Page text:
As Ford and GM appear poised to go big on a range of battery electric full-size pickups, Stellantis and its Ram brand are readying more than BEVs as they shift to cleaner trucks.
The range of Ram possibilities that became a little clearer last week, surrounding the reveal of the Ram 1500 Revolution BEV Concept at CES, includes an electric light-duty truck with a gasoline-powered range extender and, perhaps, future hydrogen fuel-cell versions of its U.S. heavy-duty pickups and vans.
As reported on Thursday, Ram CEO Mike Koval stated to Green Car Reports that a range-extended version of the upcoming Ram EV “will carry all of those characteristics” of the Ram Revolution but will also offer what he described as “class-leading real-world range.”
Stellantis CEO Carlos Tavares, in a roundtable interview with journalists, including Green Car Reports, directly following the CES reveal, elaborated—and claimed what sounds to be a late-mover advantage.
“I’m taking advantage of not being the first, and having the leisure to engineer my product in a way that is going to beat the guys that are already there,” said Tavares.
The global CEO said that Ram is looking at four different factors as it designs its electric trucks: Payload, towing, charging speed, and range. With a composite index on those four factors, it will beat everything in the market, according to Tavares.
“So far that doesn’t exist in the market,” he added, noting that existing entries all involve a higher level of compromise in particular aspects.
Range-extended means electric first
At some stages, over the past couple of years, Ram has also hinted that a plug-in hybrid truck is in the works, too. But Stellantis CEO Carlos Tavares made clear, in a roundtable interview following the reveal, that the upcoming plug-in version of the Ram is a range-extended version of the electric truck.
“A range extender is not a plug-in hybrid,” said Tavares, responding to a question asking for a little more clarification on the truck, which has been confirmed but not yet detailed. “A plug-in hybrid is something else.”
The company hasn’t revealed anything yet about the electric truck’s production specs, let alone those of the range-extended version. Taking executive statements in context, the possibility of a plug-in hybrid Ram (with a full-size truck engine) appears to be off the table for now—leaving unclear how Ram plans to provide a long-distance towing solution with a smaller range-extending engine.
That of course has led to speculation about where the Ram’s range extender might be installed. Toward the rear of the truck and under the bed is the most likely location—with space freed up by what’s likely to be a much smaller battery pack versus in BEV versions.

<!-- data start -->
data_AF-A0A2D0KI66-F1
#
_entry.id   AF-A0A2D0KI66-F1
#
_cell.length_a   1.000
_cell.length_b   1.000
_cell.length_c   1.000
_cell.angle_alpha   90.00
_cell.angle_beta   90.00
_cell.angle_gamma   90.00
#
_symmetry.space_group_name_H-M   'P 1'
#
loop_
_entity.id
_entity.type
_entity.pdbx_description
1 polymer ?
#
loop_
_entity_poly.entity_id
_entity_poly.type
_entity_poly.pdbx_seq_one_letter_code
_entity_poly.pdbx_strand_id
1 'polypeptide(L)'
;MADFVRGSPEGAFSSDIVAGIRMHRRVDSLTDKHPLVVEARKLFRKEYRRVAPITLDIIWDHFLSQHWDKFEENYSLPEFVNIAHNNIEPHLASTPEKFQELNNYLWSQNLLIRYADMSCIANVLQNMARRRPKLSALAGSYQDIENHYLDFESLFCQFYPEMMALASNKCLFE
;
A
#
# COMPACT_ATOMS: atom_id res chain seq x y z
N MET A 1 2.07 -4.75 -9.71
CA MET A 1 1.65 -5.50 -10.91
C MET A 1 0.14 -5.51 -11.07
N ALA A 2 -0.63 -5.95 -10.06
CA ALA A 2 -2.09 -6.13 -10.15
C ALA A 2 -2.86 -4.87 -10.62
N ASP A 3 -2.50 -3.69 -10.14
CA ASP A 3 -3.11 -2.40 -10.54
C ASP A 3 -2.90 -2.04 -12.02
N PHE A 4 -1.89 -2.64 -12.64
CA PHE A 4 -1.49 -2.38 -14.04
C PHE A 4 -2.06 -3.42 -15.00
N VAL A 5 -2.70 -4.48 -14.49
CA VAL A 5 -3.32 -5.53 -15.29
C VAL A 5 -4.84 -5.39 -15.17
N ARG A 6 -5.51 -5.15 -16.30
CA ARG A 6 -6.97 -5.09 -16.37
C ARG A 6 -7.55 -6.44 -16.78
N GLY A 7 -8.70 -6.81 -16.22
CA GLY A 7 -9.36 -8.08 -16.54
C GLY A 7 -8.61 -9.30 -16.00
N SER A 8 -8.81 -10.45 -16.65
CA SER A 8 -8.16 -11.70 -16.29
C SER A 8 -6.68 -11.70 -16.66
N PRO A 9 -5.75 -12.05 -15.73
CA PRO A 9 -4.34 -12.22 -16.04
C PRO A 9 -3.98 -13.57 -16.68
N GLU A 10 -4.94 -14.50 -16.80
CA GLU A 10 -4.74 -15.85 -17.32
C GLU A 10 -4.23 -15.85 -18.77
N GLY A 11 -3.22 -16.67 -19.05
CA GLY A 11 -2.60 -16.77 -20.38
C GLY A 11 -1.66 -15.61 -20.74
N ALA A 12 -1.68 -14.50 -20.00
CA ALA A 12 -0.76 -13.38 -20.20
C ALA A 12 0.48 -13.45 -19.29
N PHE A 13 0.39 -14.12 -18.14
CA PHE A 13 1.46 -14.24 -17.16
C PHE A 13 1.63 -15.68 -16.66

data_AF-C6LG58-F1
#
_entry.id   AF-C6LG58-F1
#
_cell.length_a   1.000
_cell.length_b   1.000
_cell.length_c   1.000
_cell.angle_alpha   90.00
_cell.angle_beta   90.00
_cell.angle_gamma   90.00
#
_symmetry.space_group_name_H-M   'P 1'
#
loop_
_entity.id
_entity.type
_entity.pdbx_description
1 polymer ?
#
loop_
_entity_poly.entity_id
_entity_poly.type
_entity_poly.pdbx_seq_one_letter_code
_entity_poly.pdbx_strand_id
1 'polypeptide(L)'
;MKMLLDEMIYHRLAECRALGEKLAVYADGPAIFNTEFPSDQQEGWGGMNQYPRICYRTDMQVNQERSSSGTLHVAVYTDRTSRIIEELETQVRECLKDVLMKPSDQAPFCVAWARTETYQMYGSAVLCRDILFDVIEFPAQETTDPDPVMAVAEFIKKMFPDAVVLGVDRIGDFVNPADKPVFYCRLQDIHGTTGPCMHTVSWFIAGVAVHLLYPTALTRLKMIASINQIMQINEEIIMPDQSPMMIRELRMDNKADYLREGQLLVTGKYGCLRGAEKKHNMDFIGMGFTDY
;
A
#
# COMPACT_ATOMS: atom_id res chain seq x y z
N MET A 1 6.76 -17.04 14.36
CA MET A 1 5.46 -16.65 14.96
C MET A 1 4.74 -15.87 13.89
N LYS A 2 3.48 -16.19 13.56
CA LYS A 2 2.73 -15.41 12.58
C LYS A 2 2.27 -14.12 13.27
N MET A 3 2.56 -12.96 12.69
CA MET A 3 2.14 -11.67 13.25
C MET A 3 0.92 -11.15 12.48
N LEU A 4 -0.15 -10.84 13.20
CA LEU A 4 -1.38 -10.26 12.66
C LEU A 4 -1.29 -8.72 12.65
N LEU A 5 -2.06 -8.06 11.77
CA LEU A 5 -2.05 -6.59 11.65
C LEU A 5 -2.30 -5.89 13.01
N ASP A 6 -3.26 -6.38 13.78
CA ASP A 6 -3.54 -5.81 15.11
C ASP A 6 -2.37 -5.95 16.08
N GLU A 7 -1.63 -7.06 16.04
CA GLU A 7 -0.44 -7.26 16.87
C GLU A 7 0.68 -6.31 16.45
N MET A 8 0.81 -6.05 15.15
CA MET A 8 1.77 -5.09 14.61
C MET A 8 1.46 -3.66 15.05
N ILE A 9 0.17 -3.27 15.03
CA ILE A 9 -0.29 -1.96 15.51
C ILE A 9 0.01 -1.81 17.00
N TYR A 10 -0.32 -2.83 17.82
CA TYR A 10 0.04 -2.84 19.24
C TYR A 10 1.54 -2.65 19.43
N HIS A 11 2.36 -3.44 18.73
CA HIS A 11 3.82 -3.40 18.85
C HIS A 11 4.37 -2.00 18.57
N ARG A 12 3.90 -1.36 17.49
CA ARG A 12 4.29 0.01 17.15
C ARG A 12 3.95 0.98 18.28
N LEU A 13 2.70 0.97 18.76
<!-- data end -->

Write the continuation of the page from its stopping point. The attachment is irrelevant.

A range-extended tow rig?
Very few range-extended EVs have made it to market, as they face some stark challenges. And a range-extended full-size truck used for even occasional towing seems to be up against many of them.
Any such electric truck will need to be able to tow up long grades whether in range-extended mode or not—requiring a small engine and generator capable of not falling behind on the power needed by the pickup’s electric drive system.
One of the most noteworthy examples is the BMW i3, which packed a 0.7-liter 2-cylinder gasoline engine under the rear cargo floor—roughly doubling the EV’s range, to 180 miles from 2017 on, with less than two gallons of gas. Earlier examples faced an issue in which the vehicle didn’t perform as well when it used up its plug-in charge, and simply couldn’t keep up on long grades at highway speeds.
— Bengt Halvorson (@ben_gt) March 24, 2015
Among the few other examples, Infiniti dropped plans for range-extended EVs at the core of the Nissan luxury brand’s lineup. Concerns that the vehicles wouldn’t actually be very efficient in range-extended operation may have been related to that decision.
The Karma Revero or GS-6—formerly Fisker Karma—remains one of the other true examples of a range-extended EV. It functions essentially as a series hybrid after its plug-in charge is depleted, relying on the engine to generate enough charge for the propulsion system, with the battery as a buffer.
The Chevrolet Volt, for example, wasn’t actually a range-extended EV as it engaged the engine to the drive wheels at highway speeds.
Ram will use a unique platform for the fully electric and range-extended truck—STLA Frame—while gasoline versions of the Ram will continue to be refined. What distinguishes STLA Frame may be that it was designed from the start to tuck a range extender and fuel tank within the frame, alongside the battery pack perhaps.
Pragmatic plug-in faces anti-ICE dogma
Tavares said that the range-extended electric truck will be an interesting case for those who are pragmatic—allowing them to go zero emissions downtown, but giving them significant range for getting to another city, perhaps while towing or hauling.
“If you are dogmatic and you say I don’t want fossil (fuel) as the entry point of my decision, then it doesn’t work, because you have an ICE inside,” said Tavares. “You may if you are dogmatic just push back on it basically, there is an ICE, it’s over, I don’t consider that.”
On that pragmatic point, it’s likely that Ram’s truck will still offer a reasonably large battery—large enough to deliver that towing ability, as well a plug-in range stepping closer to the 50 miles that California’s Air Resources Board is asking for starting in 2026, as part of the ACC II rules a number of other states—including the entire U.S. West Coast—have already signed on to.
Stellantis is already making hydrogen fuel-cell vans in Europe and aims to bring hydrogen fuel-cell technology to its U.S. heavy-duty trucks, Tavares confirmed. “It’s a possibility; the technology will be available for our Ram brand—and for the ProMaster in particular,” he said, adding that it will ultimately be the decision of Ram CEO Koval.
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